Tools: Using Form Puzzles to Stimulate Word Imitation
Imitation of sounds and words is an essential step in learning to talk. If your child is late in talking or has speech that is unintelligible, you will find this activity helpful. Most two and three year olds love form puzzles. These are the wooden puzzles in which each removable piece represents a ...[Read More]
Learning the Speech Sounds
Your baby’s babbling consists of strings of consonant-like sounds alternating with an ah-like vowel sound. While these sounds resemble speech sounds, they are not “phonemes.” The baby is simply vocalizing while opening and closing its mouth. When you imitate your baby’s babbling sounds, you set the ...[Read More]
Apraxia (CAS) – A Motor Speech Disorder
Most of us enjoy trying to recite a tongue twister faster and faster till the words get all “twisted” in our mouths. To the child with Childhood Apraxia of Speech (CAS), the simplest word may be a tongue twister. Hundreds of quick nerve impulses are needed to produce a single syllable. With that in ...[Read More]
Learning Words–Early Stages of Vocabulary Development
You have probably read some of those little “pointing” books with your baby. You know, those books with hard pages and a single object pictured on each page. You point to the picture and name the object. Pretty soon, your baby points to each picture as you turn the page and might even try to imitate ...[Read More]
First Steps in Learning to Talk
Your child’s speech development starts long before he or she says the first word. In fact, some research indicates that a baby learns to recognize the mother’s voice already while in the womb. At just a few months old, babies will distinguish between the language of their environment and a foreign l ...[Read More]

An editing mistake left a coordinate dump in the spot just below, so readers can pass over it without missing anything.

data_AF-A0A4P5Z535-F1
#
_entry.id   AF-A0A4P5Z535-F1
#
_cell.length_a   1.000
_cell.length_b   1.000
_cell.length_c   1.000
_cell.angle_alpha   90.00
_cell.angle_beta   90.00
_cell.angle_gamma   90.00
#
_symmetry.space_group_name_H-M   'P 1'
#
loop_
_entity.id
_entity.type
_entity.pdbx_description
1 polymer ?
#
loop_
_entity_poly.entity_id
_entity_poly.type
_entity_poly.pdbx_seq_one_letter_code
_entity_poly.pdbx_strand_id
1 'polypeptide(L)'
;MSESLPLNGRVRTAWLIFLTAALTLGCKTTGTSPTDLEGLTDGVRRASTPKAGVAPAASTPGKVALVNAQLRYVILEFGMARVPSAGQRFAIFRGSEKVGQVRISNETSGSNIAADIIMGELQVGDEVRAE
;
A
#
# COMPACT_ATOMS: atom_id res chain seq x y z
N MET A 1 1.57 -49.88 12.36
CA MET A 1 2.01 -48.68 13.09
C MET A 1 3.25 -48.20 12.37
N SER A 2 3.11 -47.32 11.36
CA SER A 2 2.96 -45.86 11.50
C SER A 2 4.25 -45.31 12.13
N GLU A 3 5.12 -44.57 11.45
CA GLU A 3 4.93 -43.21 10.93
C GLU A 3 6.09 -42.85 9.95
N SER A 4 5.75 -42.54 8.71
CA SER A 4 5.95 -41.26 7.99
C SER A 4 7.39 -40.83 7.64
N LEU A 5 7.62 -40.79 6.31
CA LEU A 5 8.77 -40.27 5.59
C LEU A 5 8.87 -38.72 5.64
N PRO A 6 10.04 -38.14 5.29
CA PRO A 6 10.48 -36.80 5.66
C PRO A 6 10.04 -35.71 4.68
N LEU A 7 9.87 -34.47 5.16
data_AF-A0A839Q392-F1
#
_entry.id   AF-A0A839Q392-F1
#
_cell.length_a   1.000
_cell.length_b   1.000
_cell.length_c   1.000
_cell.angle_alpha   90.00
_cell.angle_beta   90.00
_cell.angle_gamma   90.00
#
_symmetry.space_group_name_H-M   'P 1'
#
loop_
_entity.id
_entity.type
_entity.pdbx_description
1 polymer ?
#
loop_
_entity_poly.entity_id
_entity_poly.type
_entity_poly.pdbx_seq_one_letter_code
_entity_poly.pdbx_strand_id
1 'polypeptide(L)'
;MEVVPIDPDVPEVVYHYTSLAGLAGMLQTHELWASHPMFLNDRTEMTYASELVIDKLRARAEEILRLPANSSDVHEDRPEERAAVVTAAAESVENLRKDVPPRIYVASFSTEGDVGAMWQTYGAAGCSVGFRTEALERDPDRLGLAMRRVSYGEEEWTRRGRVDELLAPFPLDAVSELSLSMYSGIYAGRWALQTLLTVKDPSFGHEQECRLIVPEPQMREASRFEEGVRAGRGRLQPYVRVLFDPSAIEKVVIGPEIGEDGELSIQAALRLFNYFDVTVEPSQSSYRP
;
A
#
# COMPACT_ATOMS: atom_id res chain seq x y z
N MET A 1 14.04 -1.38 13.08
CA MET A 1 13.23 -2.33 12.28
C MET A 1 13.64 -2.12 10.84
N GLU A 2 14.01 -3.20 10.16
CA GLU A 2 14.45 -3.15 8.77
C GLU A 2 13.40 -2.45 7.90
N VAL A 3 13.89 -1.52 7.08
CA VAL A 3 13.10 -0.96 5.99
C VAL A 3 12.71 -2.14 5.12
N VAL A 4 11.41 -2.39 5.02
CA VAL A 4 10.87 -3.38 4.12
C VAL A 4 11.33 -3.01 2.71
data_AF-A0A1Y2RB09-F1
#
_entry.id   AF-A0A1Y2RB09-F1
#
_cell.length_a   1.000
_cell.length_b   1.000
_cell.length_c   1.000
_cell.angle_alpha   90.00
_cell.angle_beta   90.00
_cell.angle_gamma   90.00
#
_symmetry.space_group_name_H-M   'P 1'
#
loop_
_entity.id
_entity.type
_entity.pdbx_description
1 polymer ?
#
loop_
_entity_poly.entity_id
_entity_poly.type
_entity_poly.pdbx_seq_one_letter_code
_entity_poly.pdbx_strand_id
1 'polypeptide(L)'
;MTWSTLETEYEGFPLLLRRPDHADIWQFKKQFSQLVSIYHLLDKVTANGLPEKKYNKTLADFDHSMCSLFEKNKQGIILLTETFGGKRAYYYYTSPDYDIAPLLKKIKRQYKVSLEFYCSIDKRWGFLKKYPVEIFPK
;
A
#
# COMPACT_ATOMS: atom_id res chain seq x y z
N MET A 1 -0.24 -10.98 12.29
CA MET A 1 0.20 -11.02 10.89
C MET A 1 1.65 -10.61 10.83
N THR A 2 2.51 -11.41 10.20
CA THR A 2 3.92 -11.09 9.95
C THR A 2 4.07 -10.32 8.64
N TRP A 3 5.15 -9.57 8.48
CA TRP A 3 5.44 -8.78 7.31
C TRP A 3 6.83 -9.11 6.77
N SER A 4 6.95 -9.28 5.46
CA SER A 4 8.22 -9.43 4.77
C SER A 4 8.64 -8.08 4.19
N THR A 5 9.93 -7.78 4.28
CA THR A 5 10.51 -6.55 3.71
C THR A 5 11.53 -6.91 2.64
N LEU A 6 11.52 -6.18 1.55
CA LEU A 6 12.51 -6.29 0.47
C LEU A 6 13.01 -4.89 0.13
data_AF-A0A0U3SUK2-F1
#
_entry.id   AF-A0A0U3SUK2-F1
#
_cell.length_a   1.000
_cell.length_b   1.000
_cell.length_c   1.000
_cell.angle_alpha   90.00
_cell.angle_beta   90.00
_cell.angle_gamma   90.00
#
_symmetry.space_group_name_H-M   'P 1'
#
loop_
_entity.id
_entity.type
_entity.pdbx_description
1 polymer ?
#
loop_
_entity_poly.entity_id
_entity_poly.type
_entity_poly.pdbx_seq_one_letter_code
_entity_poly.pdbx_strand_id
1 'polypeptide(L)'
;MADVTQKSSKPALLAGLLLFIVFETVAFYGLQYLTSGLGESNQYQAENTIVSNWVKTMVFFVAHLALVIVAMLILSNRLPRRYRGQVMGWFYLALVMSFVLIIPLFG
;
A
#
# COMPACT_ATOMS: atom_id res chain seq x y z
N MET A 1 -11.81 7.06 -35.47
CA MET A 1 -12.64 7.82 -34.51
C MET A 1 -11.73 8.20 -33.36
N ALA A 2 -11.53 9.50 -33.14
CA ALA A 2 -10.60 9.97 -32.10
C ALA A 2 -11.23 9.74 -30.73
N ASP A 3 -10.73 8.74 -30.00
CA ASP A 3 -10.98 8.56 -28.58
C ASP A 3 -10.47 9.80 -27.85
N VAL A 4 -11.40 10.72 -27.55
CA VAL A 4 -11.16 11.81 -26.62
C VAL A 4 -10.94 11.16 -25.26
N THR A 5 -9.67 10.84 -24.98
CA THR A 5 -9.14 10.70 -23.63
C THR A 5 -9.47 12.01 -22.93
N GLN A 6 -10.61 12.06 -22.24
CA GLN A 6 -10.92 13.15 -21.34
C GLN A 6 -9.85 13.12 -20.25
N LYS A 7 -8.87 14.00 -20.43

CAS – What We Can Learn from Two Case Studies
In Childhood Apraxia of Speech, CAS, the brain has difficulty telling the mouth what to do to produce speech sounds. We might say that the messages from the brain get mixed up before they reach the mouth. The child has trouble imitating the precise movements required to say sounds and syllables. Sim ...[Read More]
Does My Child Have Autism?
Autism is certainly one of the things parents worry about when their child’s speech is not developing as expected. And it is true that late speech and language development is one of the signs of autism. But only a small percentage of late talkers actually are on the autism spectrum. Autism is a com ...[Read More]
Shouldn’t My Child Be Talking By Now?
If you are concerned about your child not yet talking, first ask yourself what your expectations are based on. Are you comparing with an older sibling, or perhaps your neighbor’s child across the street? Children do develop different skills at different rates. There is always the chance that your ex ...[Read More]
Does My Child Have A Speech Problem?
If you are concerned that your child might have a speech problem, your child is probably talking some. But perhaps speech is not clear, even hard to understand. Most parents and teachers, think of a “speech problem” as not pronouncing words right, not using all the sounds. But speech pro ...[Read More]